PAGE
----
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“A Sip of Science” focus on agriculture and water quality

October 10, 2011Patrick NunnallyProgram & AnnouncementsComments Off on “A Sip of Science” focus on agriculture and water quality

We all know that the nexus of agricultural practice and water quality improvement is one of the most significant, and knottiest, problems facing Mississippi River policymakers and advocates.  The National Center for Earth-Surface Dynamics, at the University of Minnesota has made this problem the subject of its next “A Sip of Science” program, which is taking place this Wednesday, 1730-1900 (that’s 5:30-7:00 for laypeople like me!) at the Aster Cafe in Minneapolis.

The press release below has more information and background:

A SIP OF SCIENCE bridges the gap between science and culture in a setting that bridges the gap between brain and belly.  Food, beer, and learning are on the menu in a happy hour forum that puts science in context through storytelling.


“Water is the one substance from which the earth can conceal nothing – it sucks out its innermost secrets and brings them to our very lips.”  – Jean Giraudoux

In recent decades, our growing realization of how we pollute our waterways has led to regulation of the most obvious pollution sources.  Cities have updated their wastewater treatment systems and industry can no longer dump their waste products into waterways.  But what about non-point sources of pollution that trickle into rivers, streams, and lakes from multiple different sources?  What are the cumulative impacts of that pollution on our waterways?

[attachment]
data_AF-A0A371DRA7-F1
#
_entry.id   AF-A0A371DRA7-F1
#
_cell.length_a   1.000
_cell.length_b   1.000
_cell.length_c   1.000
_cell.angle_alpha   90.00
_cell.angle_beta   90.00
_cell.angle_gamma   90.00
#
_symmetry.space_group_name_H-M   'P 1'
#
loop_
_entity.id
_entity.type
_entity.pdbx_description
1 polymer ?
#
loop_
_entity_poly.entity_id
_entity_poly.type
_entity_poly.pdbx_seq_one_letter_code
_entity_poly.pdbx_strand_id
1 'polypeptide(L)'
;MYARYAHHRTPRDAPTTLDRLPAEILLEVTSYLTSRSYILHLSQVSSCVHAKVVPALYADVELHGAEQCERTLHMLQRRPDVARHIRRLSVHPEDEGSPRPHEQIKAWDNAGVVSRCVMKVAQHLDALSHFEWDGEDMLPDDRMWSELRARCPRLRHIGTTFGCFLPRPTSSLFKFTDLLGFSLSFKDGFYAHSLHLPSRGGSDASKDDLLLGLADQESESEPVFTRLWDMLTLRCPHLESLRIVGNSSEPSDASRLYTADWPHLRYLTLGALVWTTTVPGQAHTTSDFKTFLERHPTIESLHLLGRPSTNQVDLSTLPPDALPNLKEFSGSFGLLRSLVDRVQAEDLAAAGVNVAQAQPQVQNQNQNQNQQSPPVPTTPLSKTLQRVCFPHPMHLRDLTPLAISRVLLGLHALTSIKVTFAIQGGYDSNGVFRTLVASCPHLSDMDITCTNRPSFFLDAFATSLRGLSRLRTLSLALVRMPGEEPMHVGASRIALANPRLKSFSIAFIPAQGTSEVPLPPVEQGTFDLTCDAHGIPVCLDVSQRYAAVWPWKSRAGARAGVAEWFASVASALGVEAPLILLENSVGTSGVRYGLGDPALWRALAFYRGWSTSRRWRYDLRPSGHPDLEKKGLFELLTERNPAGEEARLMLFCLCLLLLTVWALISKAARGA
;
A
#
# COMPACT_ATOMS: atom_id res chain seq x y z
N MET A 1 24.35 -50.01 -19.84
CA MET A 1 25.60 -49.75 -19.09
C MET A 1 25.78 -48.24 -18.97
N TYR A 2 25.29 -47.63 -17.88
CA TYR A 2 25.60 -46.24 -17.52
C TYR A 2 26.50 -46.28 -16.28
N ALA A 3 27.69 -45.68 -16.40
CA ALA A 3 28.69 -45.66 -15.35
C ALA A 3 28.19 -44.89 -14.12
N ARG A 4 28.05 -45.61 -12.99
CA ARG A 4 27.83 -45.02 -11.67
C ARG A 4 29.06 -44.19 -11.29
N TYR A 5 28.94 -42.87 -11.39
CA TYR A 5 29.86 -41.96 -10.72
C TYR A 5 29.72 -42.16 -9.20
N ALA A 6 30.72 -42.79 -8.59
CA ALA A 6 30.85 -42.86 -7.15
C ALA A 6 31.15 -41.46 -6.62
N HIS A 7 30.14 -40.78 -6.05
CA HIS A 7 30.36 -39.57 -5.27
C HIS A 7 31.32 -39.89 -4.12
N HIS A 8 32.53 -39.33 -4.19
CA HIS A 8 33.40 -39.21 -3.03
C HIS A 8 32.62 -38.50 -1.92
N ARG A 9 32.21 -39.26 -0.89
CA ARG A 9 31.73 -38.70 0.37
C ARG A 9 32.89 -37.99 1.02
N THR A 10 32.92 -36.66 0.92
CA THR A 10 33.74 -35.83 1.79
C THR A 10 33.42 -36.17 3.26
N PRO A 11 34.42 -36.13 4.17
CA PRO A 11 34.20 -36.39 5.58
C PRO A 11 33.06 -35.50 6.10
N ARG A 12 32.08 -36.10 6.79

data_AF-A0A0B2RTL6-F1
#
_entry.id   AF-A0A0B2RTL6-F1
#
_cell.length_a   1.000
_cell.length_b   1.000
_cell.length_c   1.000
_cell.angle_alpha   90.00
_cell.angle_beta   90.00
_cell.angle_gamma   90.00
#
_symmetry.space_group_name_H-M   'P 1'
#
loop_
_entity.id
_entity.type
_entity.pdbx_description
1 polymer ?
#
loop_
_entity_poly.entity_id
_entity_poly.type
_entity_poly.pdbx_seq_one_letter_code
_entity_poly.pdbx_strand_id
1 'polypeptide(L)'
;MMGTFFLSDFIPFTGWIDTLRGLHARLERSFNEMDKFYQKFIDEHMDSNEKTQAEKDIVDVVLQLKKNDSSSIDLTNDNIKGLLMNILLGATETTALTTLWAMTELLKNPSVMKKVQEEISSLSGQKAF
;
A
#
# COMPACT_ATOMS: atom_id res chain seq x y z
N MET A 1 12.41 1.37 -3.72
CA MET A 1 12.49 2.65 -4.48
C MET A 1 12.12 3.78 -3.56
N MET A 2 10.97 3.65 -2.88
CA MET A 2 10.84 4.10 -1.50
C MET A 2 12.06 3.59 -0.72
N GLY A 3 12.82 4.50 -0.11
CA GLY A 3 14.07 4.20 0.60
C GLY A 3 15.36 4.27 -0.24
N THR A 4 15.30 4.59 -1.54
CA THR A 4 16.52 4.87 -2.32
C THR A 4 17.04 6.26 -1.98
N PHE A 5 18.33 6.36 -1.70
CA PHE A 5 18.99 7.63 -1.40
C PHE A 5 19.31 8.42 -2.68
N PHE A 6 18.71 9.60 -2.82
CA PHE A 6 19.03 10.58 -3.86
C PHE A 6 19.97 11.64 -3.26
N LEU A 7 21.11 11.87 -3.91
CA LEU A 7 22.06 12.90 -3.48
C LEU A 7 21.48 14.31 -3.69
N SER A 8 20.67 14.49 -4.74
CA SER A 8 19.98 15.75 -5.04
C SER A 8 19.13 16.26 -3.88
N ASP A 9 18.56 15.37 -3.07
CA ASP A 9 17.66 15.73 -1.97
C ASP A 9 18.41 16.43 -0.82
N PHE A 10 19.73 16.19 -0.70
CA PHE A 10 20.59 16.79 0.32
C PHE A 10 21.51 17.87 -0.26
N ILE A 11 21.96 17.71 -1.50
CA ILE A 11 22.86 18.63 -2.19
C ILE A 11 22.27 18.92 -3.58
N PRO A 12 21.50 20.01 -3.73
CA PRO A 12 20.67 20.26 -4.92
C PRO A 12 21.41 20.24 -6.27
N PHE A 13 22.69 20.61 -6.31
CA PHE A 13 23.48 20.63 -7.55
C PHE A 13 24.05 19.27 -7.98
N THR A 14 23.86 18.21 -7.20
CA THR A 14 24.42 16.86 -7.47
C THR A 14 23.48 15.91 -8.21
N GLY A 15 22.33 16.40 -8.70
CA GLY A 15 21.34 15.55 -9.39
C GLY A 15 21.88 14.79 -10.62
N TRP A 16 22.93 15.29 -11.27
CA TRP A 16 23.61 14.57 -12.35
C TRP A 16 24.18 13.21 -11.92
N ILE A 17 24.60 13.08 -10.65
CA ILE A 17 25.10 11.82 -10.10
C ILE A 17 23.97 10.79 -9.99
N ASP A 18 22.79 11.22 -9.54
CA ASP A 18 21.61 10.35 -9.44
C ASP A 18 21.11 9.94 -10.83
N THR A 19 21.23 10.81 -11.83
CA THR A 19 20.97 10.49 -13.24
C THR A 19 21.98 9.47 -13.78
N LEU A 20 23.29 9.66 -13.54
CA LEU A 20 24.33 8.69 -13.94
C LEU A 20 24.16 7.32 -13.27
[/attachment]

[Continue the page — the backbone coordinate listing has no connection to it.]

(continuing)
Historically, Minnesota has relied on voluntary incentives to reduce non-point water pollution.  Norman Senjem, recently retired from the Minnesota Pollution Control Agency, says that voluntary measures are no longer enough.  In our October Sip of Science, Norman discusses how non-point pollution is severely impacting Minnesota waterways and what steps can be made to address this growing problem by creating new regulation and incentives to hold polluters accountable, and broadening the context for developing solutions to agricultural pollution.

The talk takes place during happy hour at the Aster Cafe || Food and Drink Available for Purchase


Norman Senjem recently retired from the Minnesota Pollution Control Agency where he spent 18 years as a project manager and scientist.  Previously he was professionally involved in Minnesota agriculture for 10 years.  Senjem holds a Masters degree in agricultural economics and has written extensively on agricultural marketing, production agriculture, and environmental policies affecting agriculture. In 2002 he was part of a team awarded a Certificate of Excellence by the American Society of Agronomy for the development of guidelines for conservation tillage in the Minnesota River basin.


A SIP OF SCIENCE is a science happy hour sponsored by the National Center for Earth-surface Dynamics (NCED). It is a chance to hear about new and exciting research over beer, in a cool bar.  Come talk with the experts about their efforts to address some of the Earth’s most pressing problems. NCED’s A SIP OF SCIENCE brings the wonder of science to happy hour.

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